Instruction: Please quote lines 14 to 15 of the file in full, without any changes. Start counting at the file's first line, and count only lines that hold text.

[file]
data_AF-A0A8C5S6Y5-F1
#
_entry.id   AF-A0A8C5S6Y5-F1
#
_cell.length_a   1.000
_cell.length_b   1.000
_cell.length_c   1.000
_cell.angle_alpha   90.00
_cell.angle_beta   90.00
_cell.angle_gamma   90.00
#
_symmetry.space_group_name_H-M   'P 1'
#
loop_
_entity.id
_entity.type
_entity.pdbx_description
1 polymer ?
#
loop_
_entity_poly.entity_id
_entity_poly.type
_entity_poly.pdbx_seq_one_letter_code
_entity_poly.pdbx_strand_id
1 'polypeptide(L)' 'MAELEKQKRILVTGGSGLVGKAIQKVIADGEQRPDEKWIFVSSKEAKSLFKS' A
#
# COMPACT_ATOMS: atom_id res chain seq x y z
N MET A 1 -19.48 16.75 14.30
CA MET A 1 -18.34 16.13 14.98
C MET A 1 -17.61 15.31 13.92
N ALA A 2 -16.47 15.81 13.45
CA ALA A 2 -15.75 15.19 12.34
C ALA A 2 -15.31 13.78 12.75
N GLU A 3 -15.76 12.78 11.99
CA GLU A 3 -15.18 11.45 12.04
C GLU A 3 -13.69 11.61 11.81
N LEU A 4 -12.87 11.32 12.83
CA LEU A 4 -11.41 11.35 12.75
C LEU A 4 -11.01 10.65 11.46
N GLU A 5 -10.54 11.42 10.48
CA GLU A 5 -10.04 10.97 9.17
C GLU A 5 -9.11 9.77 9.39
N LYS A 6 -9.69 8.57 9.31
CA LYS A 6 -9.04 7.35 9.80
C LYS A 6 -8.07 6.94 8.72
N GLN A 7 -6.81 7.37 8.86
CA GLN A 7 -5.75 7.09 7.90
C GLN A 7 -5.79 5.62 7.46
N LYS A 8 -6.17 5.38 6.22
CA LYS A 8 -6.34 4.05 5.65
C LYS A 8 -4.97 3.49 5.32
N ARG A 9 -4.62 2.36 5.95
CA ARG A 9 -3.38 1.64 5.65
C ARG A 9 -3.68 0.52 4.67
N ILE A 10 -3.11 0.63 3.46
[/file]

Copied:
loop_
_entity.id